Your weaning questions answered

Baby weaning

As with every part of parenting, there is a lot of conflicting information out there about weaning. HiPP Organic weaning expert, registered dietician and nutritionist Helen Gardiner, answers Mumsnetters' queries on everything from food allergies to fussy eaters to baby-led weaning. Read the advice below

“I read that you should avoid certain foods to prevent allergy in future, but also that introducing them early can help prevent allergy, I'm confused as to what to do for the best. What is the most up to date opinion about this?”

The current advice from the Department of Health is that when you start introducing solids, you should introduce the foods that most commonly trigger allergic reactions one at a time so that you can spot any reaction. These foods are milk, eggs, wheat (and other cereals that contain gluten such as rye and barley), nuts, seeds, fish and shellfish. They recommend that none of these foods should be introduced before six months.

There is no evidence, however, to support delaying introduction of these foods after six months. A recent statement by the Scientific Advisory Committee on Nutrition and Committee on Toxicity concluded that the deliberate exclusion of peanut or hen’s egg beyond six to twelve months of age may increase the risk of allergy to these foods. They also stated that there was insufficient data to demonstrate that the introduction of peanut or hen’s egg into the infant diet between four and six months of age reduced the risk of developing food allergy to any greater extent than introduction from around six months.

To increase the chance that a food will be well tolerated, you should make sure your baby is well at the time of introduction, i.e. not when they have a temperature, just had a vaccination, or have a cough or a cold.

“Is there a point with weaning where you need to persist even if they are resisting? When do you know you've gone too far or started too soon?”

At the beginning weaning is more about introducing new tastes, so don’t panic if your baby isn’t too keen on eating solids at first. It could well be that this reluctance is due to your baby not being ready yet, so stop and try again when they’re a little bit older.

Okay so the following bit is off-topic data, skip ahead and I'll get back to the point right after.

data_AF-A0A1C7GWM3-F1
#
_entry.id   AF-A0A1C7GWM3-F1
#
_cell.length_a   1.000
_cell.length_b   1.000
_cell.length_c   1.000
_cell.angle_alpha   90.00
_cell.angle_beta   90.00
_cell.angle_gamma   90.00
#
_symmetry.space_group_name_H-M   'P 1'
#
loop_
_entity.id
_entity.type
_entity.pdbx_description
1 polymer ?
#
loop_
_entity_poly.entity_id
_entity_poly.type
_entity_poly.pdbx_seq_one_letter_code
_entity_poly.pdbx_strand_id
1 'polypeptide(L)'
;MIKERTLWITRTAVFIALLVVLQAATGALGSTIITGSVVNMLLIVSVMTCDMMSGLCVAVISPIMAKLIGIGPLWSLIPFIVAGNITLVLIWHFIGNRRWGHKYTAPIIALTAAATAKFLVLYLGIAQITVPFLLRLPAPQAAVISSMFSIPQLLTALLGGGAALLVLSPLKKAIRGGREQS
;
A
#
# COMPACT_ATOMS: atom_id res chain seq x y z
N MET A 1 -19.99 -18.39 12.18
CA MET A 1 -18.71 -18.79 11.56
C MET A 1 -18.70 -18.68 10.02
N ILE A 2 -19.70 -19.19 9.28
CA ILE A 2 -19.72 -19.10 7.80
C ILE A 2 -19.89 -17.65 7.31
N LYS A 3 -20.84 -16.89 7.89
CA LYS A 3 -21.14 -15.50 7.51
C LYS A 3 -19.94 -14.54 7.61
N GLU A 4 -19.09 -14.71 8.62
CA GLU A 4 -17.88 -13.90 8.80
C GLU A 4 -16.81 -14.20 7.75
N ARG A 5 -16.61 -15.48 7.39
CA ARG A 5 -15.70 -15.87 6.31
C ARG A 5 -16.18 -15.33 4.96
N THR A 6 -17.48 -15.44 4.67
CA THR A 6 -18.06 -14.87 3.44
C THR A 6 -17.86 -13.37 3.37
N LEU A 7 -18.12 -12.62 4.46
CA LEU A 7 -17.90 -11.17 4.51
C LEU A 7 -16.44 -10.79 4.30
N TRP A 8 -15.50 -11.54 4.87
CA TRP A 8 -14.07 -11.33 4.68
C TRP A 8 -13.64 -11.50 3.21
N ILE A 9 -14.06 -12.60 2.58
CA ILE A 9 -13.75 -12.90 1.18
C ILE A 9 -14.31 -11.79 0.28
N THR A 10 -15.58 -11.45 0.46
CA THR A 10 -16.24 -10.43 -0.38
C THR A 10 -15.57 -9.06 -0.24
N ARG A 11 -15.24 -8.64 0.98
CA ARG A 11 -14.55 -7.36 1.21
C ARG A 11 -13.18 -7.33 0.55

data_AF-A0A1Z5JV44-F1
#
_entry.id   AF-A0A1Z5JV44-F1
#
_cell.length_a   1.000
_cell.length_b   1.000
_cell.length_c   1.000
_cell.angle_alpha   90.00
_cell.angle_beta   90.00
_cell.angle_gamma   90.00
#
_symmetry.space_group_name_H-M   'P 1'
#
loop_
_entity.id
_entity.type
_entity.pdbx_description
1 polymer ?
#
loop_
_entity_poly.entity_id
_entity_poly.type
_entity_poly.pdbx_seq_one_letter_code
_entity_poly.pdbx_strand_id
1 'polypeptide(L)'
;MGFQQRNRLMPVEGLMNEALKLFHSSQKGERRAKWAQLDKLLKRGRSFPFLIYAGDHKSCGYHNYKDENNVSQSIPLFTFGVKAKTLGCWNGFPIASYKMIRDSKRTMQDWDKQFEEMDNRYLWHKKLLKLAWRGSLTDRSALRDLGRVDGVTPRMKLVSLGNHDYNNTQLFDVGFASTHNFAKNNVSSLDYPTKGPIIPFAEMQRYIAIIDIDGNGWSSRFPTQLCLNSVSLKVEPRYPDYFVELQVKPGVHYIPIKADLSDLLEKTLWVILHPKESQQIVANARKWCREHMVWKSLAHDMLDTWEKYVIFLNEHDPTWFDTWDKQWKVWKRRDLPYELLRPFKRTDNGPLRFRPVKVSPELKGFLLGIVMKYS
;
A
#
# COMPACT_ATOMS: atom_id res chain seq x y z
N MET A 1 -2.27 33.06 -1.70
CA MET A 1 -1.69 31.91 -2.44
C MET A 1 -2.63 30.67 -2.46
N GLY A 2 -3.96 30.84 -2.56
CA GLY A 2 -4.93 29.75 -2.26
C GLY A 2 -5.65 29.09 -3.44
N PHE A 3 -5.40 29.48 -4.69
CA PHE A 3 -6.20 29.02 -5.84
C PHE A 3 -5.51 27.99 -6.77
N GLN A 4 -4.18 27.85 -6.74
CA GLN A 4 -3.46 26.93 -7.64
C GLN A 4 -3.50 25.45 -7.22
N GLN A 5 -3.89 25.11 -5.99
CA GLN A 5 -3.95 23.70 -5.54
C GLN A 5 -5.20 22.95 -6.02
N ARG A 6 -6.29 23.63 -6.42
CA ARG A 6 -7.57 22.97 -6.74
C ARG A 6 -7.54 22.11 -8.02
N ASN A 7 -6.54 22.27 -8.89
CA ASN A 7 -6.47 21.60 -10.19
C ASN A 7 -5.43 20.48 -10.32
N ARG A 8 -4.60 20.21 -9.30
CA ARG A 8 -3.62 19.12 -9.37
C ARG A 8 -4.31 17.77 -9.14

If a taste is refused, don’t panic, just withdraw it and try again another day. It can take up to 10-15 exposures before a baby will accept a new taste so perseverance is key. The important thing is not to force them to eat a new food – weaning should be a positive experience and not one that causes worry or distress for either you or your baby.

“Are there any foods that should definitely be avoided during weaning/those first few months of moving onto food?”

If you have started weaning your baby at around six months, there are very few foods that you need to avoid. But do read the answer above about introducing potentially allergenic food.

It is good to introduce your baby to as wide a range of different tastes and textures as soon as you can. However, there are a few foods you should avoid, namely foods that are high in sugar or salt, artificial additives, honey, unpasteurised milk or cheeses, and raw or undercooked meat, fish or eggs.

It's also best to limit high-fibre foods until the age of two, because they fill tiny tummies up too fast and keep your baby from getting enough calories to fuel their rapidly growing body. Whenever possible you should choose full-fat dairy products instead of reduced-fat versions as they provide valuable energy and vitamins which your baby needs.

To reduce the risk of choking you should avoid giving foods such as whole nuts or other hard foods such as whole grapes until your baby has mastered chewing.

“What are the best foods to give my baby during weaning?”

Your baby's first foods should be easy to digest and if you have started weaning before the age of six months then they should also be free from the common allergens, such as egg, fish, peanuts and gluten-containing cereals. Good foods to give at first are vegetables, like carrot, parsnip, sweet potato or cauliflower, or fruits such as banana, cooked apple or pear. You can also try a baby cereal mixed with your baby's milk. As your baby progresses and gets used to eating foods, they can have soft cooked meat such as chicken, fish (check very carefully for any bones), pasta, noodles, toast, pieces of chapatti, lentils, rice and mashed hard-boiled eggs. They can also have full-fat dairy products such as yoghurt, fromage frais or custard.

The most important thing is to provide as much variety of taste and textures as possible throughout the weaning process.

“My eight month old gags and refuses to swallow whenever he eats anything with lumps. How can I help him move on to textured food?”

Some babies are slower at accepting lumpy foods than others but it is important to keep offering these new textures at this age. Try giving foods with a mashed texture instead of smooth purees to start with, then gradually you can introduce some small soft lumps into this mashed food – some small pieces of soft cooked vegetables, pasta or rice perhaps – increasing the proportion of lumps as your baby accepts these new textures.

You can also offer some ‘finger foods’ alongside these foods to encourage chewing e.g. crusts of bread, soft pieces of fruit or vegetables, cooked fish or hard-boiled egg.